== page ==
Maintaining the technological edge

  • Published
  • By Ed Gulick
  • Secretary of the Air Force Public Affairs
Air Force Vice Chief of Staff Gen. Larry O. Spencer urged members of the Air Force Scientific Advisory Board (SAB) to help the service maintain its technological edge at their winter board meeting Jan. 27.

“We need your help,” Spencer said. “We need the expertise you provide because it is really critical. Our budgets are shrinking, our capacity is shrinking and there’s no way to accomplish (our mission) with the budgets we have without technology and innovation.”

Spencer cited current modernization efforts, including the F-35A Lightning II, KC-46A Pegasus, long range strike bomber and the intercontinental ballistic missile fleet upgrade, as current costly programs the service must pay for. He then urged the group to look at how their studies can help the service save money while keeping its technological edge.

“We need your help to focus on what we can do versus what we can’t,” Spencer said. He then highlighted some technologies, such as measuring time in femtoseconds, hypersonics and quantum entanglement, as areas of advancements that need to be studied to determine how they can be used to advance the service’s mission.

“(The Air Force) cannot survive without you,” Spencer said. “The technology has leaped so fast, it’s hard for us to keep up with it. We want our adversaries to say, ‘Where did they get that and what are we going to do about it.’”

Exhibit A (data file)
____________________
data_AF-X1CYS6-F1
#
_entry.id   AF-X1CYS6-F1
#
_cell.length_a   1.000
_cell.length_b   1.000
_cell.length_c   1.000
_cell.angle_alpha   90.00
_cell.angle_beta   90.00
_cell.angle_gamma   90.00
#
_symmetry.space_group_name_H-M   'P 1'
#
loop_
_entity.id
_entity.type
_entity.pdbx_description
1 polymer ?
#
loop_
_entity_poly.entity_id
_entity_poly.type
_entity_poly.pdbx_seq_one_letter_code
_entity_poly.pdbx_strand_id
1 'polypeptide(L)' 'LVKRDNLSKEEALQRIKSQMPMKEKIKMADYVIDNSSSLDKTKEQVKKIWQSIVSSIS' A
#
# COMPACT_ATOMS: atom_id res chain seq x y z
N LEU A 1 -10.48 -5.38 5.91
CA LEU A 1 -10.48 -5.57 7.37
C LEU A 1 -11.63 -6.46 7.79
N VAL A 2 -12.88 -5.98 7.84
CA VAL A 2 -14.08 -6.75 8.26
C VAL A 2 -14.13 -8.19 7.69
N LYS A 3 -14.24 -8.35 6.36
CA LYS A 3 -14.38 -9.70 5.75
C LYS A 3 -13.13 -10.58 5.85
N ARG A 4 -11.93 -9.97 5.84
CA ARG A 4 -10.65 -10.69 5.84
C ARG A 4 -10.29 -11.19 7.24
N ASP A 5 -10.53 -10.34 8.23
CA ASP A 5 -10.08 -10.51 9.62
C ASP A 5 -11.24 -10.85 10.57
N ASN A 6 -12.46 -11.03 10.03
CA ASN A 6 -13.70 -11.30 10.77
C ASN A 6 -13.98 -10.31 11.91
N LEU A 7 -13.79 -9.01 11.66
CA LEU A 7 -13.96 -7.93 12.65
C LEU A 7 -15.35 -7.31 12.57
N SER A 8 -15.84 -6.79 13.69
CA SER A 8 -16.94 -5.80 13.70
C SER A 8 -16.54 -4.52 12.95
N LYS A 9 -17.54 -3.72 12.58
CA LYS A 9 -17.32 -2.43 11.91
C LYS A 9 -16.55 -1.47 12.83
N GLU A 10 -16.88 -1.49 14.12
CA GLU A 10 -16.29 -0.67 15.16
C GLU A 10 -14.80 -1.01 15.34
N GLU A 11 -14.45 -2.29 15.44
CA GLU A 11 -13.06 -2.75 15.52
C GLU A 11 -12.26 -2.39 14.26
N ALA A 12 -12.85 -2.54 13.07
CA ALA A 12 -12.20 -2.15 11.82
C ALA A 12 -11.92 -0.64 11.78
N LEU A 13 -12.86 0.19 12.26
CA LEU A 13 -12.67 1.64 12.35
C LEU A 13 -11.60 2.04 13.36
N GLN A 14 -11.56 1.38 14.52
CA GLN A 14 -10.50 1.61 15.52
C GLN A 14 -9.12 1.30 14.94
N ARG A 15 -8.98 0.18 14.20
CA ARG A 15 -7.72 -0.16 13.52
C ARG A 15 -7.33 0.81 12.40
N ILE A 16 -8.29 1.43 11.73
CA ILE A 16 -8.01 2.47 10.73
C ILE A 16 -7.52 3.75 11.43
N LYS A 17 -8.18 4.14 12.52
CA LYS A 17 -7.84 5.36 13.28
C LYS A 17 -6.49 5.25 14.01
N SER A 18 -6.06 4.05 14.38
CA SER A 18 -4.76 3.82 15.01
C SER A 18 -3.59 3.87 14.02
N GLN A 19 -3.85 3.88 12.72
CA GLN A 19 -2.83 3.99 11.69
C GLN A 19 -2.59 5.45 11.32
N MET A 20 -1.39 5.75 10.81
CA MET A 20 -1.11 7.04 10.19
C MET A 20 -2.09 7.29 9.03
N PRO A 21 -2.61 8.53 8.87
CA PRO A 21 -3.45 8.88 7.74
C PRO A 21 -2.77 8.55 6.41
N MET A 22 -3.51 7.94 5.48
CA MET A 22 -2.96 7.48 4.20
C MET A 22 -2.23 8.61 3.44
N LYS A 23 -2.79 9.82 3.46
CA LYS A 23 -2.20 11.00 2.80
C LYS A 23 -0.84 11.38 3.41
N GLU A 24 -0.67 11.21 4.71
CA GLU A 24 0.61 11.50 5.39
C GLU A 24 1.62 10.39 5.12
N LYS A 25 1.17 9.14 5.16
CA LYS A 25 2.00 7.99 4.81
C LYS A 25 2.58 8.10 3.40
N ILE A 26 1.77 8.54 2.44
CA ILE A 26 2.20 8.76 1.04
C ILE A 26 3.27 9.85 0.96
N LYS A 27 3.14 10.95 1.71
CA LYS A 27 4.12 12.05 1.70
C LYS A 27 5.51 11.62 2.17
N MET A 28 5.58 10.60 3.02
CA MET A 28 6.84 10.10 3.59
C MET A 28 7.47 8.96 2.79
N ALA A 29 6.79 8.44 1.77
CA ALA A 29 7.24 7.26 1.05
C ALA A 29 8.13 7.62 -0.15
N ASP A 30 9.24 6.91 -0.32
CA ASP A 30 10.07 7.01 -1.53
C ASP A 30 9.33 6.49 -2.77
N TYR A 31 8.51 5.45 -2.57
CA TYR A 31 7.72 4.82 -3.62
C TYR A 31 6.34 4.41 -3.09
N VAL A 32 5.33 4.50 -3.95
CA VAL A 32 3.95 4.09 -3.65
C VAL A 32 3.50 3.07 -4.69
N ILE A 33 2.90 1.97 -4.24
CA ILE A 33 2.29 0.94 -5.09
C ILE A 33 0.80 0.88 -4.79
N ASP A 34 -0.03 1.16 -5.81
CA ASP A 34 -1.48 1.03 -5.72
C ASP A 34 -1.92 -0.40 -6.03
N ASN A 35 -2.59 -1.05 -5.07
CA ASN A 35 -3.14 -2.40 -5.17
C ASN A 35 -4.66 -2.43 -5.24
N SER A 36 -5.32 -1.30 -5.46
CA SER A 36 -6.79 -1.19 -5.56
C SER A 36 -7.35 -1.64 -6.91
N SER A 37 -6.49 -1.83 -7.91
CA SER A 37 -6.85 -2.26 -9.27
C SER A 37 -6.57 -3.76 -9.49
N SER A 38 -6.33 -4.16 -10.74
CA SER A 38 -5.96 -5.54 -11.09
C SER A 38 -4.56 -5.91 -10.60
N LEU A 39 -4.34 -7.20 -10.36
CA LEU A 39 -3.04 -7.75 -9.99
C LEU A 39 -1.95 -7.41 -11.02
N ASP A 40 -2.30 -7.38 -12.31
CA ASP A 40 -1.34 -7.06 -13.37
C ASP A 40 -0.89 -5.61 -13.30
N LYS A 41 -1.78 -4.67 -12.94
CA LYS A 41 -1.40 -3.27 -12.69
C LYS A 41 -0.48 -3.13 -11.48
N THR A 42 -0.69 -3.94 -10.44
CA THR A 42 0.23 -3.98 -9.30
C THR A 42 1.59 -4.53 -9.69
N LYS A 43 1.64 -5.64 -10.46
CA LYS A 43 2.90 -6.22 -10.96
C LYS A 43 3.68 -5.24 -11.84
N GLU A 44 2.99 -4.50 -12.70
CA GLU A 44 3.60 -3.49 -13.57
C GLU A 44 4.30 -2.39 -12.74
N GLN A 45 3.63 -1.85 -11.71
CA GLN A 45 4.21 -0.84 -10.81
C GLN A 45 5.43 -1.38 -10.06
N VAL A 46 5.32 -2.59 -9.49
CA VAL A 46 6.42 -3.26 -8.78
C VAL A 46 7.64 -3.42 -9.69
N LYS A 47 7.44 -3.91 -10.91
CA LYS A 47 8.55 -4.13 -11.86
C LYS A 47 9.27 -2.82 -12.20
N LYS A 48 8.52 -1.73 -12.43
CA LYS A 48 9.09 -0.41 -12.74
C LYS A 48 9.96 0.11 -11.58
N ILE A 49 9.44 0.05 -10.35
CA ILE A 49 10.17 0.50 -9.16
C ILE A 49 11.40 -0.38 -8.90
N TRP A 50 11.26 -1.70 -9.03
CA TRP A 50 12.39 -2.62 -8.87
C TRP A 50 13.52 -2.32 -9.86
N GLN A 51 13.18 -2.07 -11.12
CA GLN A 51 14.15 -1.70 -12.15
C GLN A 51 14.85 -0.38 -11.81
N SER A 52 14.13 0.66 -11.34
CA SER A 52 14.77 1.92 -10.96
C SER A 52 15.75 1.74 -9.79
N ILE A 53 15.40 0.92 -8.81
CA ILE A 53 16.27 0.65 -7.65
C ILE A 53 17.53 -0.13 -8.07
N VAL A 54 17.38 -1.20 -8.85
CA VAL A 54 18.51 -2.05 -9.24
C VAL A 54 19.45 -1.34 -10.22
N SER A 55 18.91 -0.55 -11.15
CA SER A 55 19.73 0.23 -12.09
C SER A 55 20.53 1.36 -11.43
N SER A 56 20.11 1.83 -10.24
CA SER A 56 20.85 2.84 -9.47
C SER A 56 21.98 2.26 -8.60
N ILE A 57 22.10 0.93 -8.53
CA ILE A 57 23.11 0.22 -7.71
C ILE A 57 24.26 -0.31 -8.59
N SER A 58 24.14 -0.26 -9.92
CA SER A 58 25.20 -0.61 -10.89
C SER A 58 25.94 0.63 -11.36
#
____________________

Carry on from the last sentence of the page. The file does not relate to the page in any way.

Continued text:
The SAB was tasked by Secretary of the Air Force Deborah Lee James and Chief of Staff of the Air Force Gen. Mark A. Welsh III, to conduct studies on the cyber vulnerabilities of embedded systems in air and space systems, enhanced utility of unmanned air vehicles in contested and denied environments and utility of quantum systems for the Air Force.

The SAB is made up of 50 experts among the nation’s top civilian scientists and engineers who advise on matters of science and technology relating to the Air Force mission.

The current SAB studies will be completed by the end of June 2015, and then be briefed to the secretary of the Air Force, chief of staff of the Air Force and other Air Force senior leadership. The findings and recommendations of the SAB will then be used to shape and guide Air Force policy.

More information on the SAB and the 2015 studies, including the terms of reference, can be found by clicking here.